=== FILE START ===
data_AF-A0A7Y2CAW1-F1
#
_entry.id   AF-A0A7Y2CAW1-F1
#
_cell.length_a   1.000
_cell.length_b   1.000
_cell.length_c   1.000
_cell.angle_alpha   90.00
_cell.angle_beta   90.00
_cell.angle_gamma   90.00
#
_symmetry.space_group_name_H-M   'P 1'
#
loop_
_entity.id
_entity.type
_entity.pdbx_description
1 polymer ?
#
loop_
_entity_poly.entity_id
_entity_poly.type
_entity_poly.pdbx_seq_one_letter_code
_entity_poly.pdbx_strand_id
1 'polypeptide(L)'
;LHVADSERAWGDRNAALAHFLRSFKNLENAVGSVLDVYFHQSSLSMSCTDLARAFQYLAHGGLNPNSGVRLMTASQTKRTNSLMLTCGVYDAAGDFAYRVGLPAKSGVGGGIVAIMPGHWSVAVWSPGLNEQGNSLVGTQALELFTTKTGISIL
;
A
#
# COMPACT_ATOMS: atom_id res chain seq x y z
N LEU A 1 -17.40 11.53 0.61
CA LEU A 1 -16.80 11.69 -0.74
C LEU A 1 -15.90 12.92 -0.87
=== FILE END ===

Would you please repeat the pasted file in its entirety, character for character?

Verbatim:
data_AF-A0A7Y2CAW1-F1
#
_entry.id   AF-A0A7Y2CAW1-F1
#
_cell.length_a   1.000
_cell.length_b   1.000
_cell.length_c   1.000
_cell.angle_alpha   90.00
_cell.angle_beta   90.00
_cell.angle_gamma   90.00
#
_symmetry.space_group_name_H-M   'P 1'
#
loop_
_entity.id
_entity.type
_entity.pdbx_description
1 polymer ?
#
loop_
_entity_poly.entity_id
_entity_poly.type
_entity_poly.pdbx_seq_one_letter_code
_entity_poly.pdbx_strand_id
1 'polypeptide(L)'
;LHVADSERAWGDRNAALAHFLRSFKNLENAVGSVLDVYFHQSSLSMSCTDLARAFQYLAHGGLNPNSGVRLMTASQTKRTNSLMLTCGVYDAAGDFAYRVGLPAKSGVGGGIVAIMPGHWSVAVWSPGLNEQGNSLVGTQALELFTTKTGISIL
;
A
#
# COMPACT_ATOMS: atom_id res chain seq x y z
N LEU A 1 -17.40 11.53 0.61
CA LEU A 1 -16.80 11.69 -0.74
C LEU A 1 -15.90 12.92 -0.87